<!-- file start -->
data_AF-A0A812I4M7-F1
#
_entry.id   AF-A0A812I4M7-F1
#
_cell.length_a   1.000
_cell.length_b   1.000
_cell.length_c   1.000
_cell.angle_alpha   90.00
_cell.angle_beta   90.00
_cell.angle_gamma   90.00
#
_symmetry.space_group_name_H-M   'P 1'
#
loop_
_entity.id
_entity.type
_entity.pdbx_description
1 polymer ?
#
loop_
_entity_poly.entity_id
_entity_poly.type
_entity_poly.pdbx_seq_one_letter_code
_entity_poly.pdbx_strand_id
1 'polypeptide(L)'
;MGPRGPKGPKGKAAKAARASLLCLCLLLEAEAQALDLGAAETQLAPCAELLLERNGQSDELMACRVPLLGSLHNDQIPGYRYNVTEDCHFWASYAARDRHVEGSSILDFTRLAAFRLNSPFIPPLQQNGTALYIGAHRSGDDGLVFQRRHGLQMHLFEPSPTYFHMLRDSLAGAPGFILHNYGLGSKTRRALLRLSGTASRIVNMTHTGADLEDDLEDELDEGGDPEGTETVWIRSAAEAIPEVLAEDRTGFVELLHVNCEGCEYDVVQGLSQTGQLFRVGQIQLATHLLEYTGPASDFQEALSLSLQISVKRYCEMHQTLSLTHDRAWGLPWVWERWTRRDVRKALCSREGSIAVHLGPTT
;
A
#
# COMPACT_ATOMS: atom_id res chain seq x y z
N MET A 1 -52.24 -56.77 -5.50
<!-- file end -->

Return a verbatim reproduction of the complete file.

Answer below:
data_AF-A0A812I4M7-F1
#
_entry.id   AF-A0A812I4M7-F1
#
_cell.length_a   1.000
_cell.length_b   1.000
_cell.length_c   1.000
_cell.angle_alpha   90.00
_cell.angle_beta   90.00
_cell.angle_gamma   90.00
#
_symmetry.space_group_name_H-M   'P 1'
#
loop_
_entity.id
_entity.type
_entity.pdbx_description
1 polymer ?
#
loop_
_entity_poly.entity_id
_entity_poly.type
_entity_poly.pdbx_seq_one_letter_code
_entity_poly.pdbx_strand_id
1 'polypeptide(L)'
;MGPRGPKGPKGKAAKAARASLLCLCLLLEAEAQALDLGAAETQLAPCAELLLERNGQSDELMACRVPLLGSLHNDQIPGYRYNVTEDCHFWASYAARDRHVEGSSILDFTRLAAFRLNSPFIPPLQQNGTALYIGAHRSGDDGLVFQRRHGLQMHLFEPSPTYFHMLRDSLAGAPGFILHNYGLGSKTRRALLRLSGTASRIVNMTHTGADLEDDLEDELDEGGDPEGTETVWIRSAAEAIPEVLAEDRTGFVELLHVNCEGCEYDVVQGLSQTGQLFRVGQIQLATHLLEYTGPASDFQEALSLSLQISVKRYCEMHQTLSLTHDRAWGLPWVWERWTRRDVRKALCSREGSIAVHLGPTT
;
A
#
# COMPACT_ATOMS: atom_id res chain seq x y z
N MET A 1 -52.24 -56.77 -5.50